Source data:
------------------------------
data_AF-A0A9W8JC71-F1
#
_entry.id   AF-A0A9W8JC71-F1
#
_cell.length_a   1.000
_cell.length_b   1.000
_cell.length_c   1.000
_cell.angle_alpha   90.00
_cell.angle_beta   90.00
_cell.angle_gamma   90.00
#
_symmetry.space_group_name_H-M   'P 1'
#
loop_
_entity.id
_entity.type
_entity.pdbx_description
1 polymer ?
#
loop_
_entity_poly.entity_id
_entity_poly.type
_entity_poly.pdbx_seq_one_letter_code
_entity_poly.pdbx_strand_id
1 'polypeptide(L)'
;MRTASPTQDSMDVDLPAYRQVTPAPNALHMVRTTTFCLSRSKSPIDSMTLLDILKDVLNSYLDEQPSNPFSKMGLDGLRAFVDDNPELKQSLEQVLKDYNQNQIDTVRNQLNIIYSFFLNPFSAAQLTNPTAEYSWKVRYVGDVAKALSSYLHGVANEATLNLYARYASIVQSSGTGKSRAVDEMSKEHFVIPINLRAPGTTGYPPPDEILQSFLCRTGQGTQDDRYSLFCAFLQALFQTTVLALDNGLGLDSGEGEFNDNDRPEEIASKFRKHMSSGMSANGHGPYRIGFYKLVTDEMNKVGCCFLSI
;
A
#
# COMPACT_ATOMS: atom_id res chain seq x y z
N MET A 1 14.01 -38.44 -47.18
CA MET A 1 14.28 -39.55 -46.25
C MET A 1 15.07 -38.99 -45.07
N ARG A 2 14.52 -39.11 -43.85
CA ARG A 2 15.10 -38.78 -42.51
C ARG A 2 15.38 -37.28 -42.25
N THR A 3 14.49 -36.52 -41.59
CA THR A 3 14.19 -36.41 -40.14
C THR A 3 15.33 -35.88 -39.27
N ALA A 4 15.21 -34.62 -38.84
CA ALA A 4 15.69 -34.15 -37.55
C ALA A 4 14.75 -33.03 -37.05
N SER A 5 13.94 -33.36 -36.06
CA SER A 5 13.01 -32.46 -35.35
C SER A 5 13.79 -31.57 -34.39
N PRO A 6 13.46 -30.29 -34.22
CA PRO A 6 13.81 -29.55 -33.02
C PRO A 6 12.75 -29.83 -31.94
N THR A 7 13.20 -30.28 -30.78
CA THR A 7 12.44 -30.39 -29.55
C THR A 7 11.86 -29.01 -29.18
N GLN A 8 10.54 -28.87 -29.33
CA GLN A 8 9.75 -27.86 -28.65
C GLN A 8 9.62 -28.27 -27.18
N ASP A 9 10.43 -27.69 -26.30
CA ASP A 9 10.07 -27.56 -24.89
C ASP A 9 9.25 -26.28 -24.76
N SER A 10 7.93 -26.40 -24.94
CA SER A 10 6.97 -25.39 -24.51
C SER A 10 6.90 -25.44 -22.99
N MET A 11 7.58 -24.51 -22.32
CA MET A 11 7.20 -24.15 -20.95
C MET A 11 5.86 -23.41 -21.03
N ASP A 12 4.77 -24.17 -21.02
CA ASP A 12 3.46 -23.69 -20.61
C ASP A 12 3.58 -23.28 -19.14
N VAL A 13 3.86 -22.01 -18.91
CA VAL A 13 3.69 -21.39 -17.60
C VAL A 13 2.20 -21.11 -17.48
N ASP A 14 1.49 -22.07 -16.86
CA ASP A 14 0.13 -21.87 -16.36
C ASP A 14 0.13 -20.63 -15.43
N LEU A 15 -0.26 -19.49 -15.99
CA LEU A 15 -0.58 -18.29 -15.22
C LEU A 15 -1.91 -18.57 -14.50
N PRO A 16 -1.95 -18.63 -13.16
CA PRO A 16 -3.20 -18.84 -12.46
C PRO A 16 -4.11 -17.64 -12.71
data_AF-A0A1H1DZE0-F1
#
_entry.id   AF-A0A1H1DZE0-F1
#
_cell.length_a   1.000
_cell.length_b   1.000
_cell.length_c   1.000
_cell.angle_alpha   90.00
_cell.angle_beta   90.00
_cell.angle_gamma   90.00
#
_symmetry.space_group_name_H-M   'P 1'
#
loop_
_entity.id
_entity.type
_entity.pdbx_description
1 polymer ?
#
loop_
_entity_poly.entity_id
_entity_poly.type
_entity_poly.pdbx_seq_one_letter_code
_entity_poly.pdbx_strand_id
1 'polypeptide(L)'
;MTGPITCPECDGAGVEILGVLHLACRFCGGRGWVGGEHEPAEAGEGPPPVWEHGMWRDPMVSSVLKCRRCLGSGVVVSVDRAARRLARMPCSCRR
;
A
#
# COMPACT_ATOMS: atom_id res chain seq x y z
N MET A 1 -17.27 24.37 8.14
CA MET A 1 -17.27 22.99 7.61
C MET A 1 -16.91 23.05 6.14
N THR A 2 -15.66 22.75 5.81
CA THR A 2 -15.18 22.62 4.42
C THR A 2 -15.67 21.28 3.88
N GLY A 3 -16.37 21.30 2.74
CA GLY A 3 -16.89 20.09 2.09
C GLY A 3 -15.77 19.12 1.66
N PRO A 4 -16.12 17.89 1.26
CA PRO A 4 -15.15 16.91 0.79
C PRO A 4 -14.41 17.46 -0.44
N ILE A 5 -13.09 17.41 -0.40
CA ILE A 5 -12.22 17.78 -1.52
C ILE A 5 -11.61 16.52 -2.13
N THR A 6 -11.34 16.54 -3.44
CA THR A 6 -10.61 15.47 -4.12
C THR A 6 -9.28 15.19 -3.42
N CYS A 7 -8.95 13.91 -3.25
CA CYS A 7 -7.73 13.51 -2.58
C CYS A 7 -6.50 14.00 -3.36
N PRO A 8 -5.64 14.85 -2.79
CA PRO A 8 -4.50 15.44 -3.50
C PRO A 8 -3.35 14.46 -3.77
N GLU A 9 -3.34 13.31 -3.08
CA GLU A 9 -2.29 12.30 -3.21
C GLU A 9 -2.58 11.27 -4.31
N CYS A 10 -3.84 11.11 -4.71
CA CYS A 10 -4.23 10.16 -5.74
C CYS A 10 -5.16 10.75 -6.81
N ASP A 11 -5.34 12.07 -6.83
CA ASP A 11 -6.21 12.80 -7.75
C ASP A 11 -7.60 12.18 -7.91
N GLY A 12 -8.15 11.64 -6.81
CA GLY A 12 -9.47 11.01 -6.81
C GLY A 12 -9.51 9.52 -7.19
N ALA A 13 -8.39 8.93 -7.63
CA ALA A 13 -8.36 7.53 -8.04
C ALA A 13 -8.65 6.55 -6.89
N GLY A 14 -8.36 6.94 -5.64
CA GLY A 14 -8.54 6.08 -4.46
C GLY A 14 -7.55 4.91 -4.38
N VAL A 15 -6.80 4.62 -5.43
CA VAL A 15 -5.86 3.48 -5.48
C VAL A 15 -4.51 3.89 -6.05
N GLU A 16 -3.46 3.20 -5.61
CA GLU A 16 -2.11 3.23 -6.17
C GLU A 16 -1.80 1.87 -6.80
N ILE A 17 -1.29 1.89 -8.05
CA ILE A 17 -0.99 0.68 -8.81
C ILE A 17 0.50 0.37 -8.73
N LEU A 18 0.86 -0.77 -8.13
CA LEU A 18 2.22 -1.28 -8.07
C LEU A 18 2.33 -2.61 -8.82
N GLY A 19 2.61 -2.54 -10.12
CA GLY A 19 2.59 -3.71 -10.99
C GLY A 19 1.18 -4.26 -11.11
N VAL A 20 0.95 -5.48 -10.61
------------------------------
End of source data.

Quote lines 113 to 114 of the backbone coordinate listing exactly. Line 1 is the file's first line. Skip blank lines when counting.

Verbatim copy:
CA THR A 2 -15.18 22.62 4.42
C THR A 2 -15.67 21.28 3.88